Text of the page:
Berkeley - Richard Brinkmann, a professor emeritus of German
at the University of California, Berkeley, and a proponent
of an international approach to the study of German, died
on Nov. 2 in Germany. He was 81.
Brinkmann, who had Parkinson's disease, died at his home in Tübingen, Germany.
Born in Elberfeld, Germany, in 1921, Brinkmann returned from military service during World War II with severe injuries that included the loss of his right arm, as well as a deep commitment to cultural renewal based on values not tainted by the Third Reich.
Brinkmann, who earned his Ph.D. in German literature from the University of Tübingen in 1948, considered the internationalizing of the study of German literature his primary responsibility. He belonged to a generation of Germanists who helped reshape the discipline of literary studies and intellectual history in Germany and the United States.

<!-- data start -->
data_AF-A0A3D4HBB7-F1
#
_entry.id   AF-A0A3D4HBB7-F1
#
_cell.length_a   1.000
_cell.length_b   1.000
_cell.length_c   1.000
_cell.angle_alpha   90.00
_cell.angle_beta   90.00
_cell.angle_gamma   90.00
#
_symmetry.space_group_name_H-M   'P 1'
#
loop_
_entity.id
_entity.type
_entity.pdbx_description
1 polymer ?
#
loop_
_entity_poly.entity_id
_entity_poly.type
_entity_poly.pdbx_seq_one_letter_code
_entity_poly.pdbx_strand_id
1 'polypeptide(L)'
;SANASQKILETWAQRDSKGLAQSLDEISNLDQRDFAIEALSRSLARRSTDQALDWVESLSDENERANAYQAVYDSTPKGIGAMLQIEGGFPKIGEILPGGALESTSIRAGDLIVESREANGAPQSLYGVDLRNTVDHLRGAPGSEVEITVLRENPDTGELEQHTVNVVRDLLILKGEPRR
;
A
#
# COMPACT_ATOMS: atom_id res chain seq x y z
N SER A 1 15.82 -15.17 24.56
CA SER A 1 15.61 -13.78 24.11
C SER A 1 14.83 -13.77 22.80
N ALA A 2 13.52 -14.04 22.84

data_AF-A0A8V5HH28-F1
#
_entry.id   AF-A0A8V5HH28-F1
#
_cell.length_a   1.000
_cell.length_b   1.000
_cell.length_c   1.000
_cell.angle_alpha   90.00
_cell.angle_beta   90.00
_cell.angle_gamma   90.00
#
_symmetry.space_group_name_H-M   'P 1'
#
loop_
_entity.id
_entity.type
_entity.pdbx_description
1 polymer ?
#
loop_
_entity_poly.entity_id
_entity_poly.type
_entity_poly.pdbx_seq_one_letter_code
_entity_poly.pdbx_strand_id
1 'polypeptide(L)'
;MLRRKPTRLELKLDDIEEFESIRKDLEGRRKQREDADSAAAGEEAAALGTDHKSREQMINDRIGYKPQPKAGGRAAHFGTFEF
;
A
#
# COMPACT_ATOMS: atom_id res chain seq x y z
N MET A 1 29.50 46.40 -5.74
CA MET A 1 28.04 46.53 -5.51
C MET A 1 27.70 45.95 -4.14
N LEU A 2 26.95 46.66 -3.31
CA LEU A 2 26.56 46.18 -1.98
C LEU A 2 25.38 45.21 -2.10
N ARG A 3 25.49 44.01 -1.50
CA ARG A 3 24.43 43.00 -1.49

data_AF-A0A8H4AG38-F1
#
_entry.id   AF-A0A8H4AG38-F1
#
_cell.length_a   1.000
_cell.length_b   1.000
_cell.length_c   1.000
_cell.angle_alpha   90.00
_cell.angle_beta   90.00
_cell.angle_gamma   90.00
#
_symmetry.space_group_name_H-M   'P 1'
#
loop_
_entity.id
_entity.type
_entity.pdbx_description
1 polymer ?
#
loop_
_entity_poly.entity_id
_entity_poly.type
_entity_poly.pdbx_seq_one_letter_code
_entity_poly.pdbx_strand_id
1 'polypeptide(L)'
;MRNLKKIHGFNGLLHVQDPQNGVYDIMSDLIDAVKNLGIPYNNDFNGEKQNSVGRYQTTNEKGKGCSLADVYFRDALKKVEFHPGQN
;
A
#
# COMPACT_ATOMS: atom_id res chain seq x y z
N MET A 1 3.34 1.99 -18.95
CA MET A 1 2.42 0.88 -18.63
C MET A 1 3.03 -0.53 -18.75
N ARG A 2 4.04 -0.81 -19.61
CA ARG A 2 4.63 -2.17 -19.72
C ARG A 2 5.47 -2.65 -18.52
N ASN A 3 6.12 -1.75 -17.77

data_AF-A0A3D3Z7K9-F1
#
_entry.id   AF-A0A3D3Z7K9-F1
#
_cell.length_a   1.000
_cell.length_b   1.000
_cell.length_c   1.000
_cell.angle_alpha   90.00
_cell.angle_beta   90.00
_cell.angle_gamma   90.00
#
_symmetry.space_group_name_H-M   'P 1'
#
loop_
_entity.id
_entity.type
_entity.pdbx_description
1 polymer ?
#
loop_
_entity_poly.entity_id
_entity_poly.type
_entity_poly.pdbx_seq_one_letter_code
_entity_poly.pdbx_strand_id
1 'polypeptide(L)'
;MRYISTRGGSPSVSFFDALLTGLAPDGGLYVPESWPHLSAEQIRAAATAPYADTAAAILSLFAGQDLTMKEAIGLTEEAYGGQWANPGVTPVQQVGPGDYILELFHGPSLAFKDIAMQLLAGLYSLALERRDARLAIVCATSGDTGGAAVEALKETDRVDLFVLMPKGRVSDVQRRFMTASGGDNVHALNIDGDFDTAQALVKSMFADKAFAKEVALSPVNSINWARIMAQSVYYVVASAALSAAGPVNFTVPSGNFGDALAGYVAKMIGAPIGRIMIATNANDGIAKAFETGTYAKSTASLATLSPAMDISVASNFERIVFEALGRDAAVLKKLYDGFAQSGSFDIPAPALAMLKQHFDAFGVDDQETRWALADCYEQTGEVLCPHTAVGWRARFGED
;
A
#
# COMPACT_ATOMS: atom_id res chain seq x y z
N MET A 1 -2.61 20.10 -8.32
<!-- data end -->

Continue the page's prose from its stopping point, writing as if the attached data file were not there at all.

His specialties included 19th century German literature, Goethezeit, German romanticism and the German novel. Brinkmann's research focused on romanticism, expressionism, Theodore Fontane and concepts of realism, which he wrote about in the groundbreaking book, "Wirklichkeit und Illusion" (1957).
He was best known as the meticulous editor since 1960 of the leading journal, "Deutsche Vierteljahrsschrift für Literaturwissenschaft und Geistesgeschichte," which has promoted interdisciplinary criticism in the humanities for the past 75 years. As presiding officer from 1976 to 1984 of the Germanist Commission in the Deutsche Forschungsgemeinschaft, which oversees and supports major research projects and individual academic careers in Germany, he exerted tremendous influence. The Deutsche Forschungsgemeinschaft is the German equivalent of the National Science Foundation in the United States and oversees all research in the humanities and social sciences.
Brinkmann also was a member of the Heidelberg Academy of Science for many years.
He held joint appointments as a professor of German literature at UC Berkeley and at the University of Tübingen. While professor at the University of Tübingen since 1959, he also served as a visiting professor in Wellington, New Zealand; Austin, Texas; Columbia University; and UC Berkeley. He accepted a regular appointment at UC Berkeley in 1967.
Until his retirement in 1986, he taught courses at UC Berkeley every other year.
He is survived by two daughters, Ursula Delbrück in New Zealand and Brigitte Siepmann-Brinkmann in Germany, as well as a son, Fritz, in Germany.